Winner of the Walt Whitman Award from the Academy of American Poets, Jenny Xie’s first full-length collection, Eye Level, takes the reader on a journey along the borders of language and thought. This collection moves through dislocation, displacement, migration, and impermanence, as Xie remarks, “Funny, the way we come to understand a place by wanting to escape it.” Based in many places, these imagistic meditations and observations record the speaker’s travels with deft precision and verbal restraint, making ample use of white space and silence. Moving restlessly, Xie is always observing—always wondering what it means to observe and to be observed. In rich sensory detail, she describes local culture, food, weather and then moves on, reminding us “Beauty, too, can become oppressive if you let it, / but that’s only if you stay long enough.” She watches as “someone sweeps thick cockroaches from the floor, someone orders oysters on ice,” takes note of “the outlines of bungalows in the distance—impossible to part the seen and / unseen. What’s here and what isn’t.” Her keen eye searches out what hides just around the corner, above or below eye level, and wonders what it means to notice what others do not. Xie complicates seeing, interrogates perspective, asks, “What atrophies without the tending of a gaze?”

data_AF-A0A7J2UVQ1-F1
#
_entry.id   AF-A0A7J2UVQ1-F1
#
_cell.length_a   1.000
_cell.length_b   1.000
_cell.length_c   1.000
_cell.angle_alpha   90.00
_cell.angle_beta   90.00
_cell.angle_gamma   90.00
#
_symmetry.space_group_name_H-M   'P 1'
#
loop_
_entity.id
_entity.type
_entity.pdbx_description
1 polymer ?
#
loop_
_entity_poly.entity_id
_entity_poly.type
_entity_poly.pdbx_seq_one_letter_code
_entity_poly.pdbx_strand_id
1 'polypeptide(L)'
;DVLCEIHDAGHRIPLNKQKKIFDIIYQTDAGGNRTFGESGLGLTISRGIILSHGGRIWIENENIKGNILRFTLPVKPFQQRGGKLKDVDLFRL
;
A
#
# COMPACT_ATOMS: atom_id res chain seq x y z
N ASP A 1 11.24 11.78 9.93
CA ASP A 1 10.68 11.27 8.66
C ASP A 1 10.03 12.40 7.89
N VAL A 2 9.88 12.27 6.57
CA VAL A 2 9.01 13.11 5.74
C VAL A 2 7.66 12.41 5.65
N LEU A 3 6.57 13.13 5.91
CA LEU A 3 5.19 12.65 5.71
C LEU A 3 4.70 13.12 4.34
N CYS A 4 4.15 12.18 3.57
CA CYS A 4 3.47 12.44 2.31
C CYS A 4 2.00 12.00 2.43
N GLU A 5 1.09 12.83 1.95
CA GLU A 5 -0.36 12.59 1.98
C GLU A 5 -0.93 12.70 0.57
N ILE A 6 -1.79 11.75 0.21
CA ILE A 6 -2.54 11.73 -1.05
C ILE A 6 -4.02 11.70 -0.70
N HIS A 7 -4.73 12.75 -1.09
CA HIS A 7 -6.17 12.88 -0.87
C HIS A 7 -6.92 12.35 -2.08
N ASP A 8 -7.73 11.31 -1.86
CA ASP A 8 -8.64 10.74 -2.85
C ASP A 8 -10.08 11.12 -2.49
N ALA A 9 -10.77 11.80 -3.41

Graywolf Press.

—Review by Gwen Mauroner